In any of the above conditions, if part of the articular cartilage (+/- an area of the attached bone) breaks off, this becomes a loose body. This can interfere with the normal function of the knee causing pain, locking and can sometimes actually be felt by the patient


Arthroscopy of the knee is a day-case procedure i.e. the patient can return home on the same day. It does require a general anaesthetic so patients are advised to have a friend/relative to collect them from hospital and to look after them for the first 12-24 hours.


Mr Hartwright encourages patients to start mobilising as soon as comfort allows. This is done under the supervision of either the physiotherapists or nursing staff. Most patients start to walk within an hour or so of the operation albeit with crutches surgery.

Patients are provided with instructions as to the exercises that they should perform once discharged. It is vital that they do these exercises in order to optimize the results of surgery.

Mr Hartwright uses steristrips to close the skin. These are covered by a simple dressing and the knee is bandaged with wool and crepe. The bandage can be removed at 48-72 hrs but the dressings should remain intact for 7-10 days post-operatively. This is normally performed by the patient’s district or practice nurse. The wounds should be kept dry for the same period of time.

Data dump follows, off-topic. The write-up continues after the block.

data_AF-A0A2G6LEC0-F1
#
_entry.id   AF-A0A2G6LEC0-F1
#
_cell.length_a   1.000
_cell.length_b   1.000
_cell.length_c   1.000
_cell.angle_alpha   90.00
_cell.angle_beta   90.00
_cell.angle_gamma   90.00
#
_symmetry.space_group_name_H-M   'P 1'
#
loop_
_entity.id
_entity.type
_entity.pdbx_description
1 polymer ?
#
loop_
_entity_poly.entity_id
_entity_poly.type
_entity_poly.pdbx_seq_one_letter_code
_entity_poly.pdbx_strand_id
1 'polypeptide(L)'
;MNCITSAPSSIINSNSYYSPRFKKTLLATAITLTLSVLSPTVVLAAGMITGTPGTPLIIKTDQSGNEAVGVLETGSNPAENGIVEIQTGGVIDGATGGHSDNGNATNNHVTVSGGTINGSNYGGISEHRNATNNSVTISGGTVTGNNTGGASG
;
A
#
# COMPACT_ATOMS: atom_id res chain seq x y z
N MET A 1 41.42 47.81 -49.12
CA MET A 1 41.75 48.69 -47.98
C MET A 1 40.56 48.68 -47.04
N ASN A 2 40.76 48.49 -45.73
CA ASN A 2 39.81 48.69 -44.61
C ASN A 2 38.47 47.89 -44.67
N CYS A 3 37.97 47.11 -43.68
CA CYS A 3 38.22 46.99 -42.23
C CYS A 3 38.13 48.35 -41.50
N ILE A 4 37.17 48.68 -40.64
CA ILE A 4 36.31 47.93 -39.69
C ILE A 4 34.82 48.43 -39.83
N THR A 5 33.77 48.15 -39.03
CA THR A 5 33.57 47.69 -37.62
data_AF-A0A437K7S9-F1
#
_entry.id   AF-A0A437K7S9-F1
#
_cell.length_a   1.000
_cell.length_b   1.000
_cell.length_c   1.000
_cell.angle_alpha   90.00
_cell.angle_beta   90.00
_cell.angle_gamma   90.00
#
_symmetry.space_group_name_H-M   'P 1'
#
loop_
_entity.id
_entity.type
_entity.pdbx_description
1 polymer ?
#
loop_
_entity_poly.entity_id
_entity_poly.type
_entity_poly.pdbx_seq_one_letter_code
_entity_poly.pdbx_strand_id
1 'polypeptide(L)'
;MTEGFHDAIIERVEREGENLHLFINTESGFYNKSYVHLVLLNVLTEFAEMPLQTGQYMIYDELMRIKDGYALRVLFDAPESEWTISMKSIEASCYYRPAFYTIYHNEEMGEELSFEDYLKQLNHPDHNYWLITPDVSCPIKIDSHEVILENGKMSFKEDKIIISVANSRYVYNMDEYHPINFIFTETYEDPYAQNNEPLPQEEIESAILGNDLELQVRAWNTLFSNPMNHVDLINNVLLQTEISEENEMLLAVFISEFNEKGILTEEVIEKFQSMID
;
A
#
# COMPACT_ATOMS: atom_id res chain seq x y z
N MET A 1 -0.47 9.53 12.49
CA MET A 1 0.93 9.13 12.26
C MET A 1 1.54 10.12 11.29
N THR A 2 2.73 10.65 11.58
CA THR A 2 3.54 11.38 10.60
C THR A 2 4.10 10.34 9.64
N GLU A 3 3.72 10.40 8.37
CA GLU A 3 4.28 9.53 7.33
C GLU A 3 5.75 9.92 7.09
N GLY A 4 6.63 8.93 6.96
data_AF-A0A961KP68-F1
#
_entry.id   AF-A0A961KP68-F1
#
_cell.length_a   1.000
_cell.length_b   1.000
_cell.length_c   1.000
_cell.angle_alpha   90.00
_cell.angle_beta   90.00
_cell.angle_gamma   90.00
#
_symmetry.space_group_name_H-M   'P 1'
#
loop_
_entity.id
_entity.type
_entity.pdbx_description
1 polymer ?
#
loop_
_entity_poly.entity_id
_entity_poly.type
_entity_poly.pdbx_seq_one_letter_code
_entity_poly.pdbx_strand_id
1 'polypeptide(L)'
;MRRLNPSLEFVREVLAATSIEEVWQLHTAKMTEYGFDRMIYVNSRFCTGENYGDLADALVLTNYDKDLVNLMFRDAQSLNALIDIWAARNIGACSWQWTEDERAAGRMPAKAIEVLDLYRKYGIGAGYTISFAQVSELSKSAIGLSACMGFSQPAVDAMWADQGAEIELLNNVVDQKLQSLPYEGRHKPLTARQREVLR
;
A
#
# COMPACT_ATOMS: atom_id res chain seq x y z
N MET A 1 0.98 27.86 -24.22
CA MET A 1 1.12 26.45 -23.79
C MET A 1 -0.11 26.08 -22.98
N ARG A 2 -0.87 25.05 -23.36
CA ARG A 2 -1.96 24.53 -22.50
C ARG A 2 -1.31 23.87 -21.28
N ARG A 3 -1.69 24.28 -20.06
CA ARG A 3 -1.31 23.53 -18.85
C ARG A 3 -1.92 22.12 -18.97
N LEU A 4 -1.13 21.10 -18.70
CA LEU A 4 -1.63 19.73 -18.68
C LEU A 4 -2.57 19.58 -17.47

Patients are allowed to drive as soon as they feel safe (and are able to perform emergency manoeuvres).

Patients normally require 2 weeks off work (depending upon their type of employment i.e. desk job or manual labour).


Potential Risks

There is a risk of infection with any surgical procedure. Infection in joint replacement surgery is particularly problematic as it can lead, ultimately, to the failure of the joint replacement. Mr Hartwright takes great care to ensure that the risks are put at a minimum.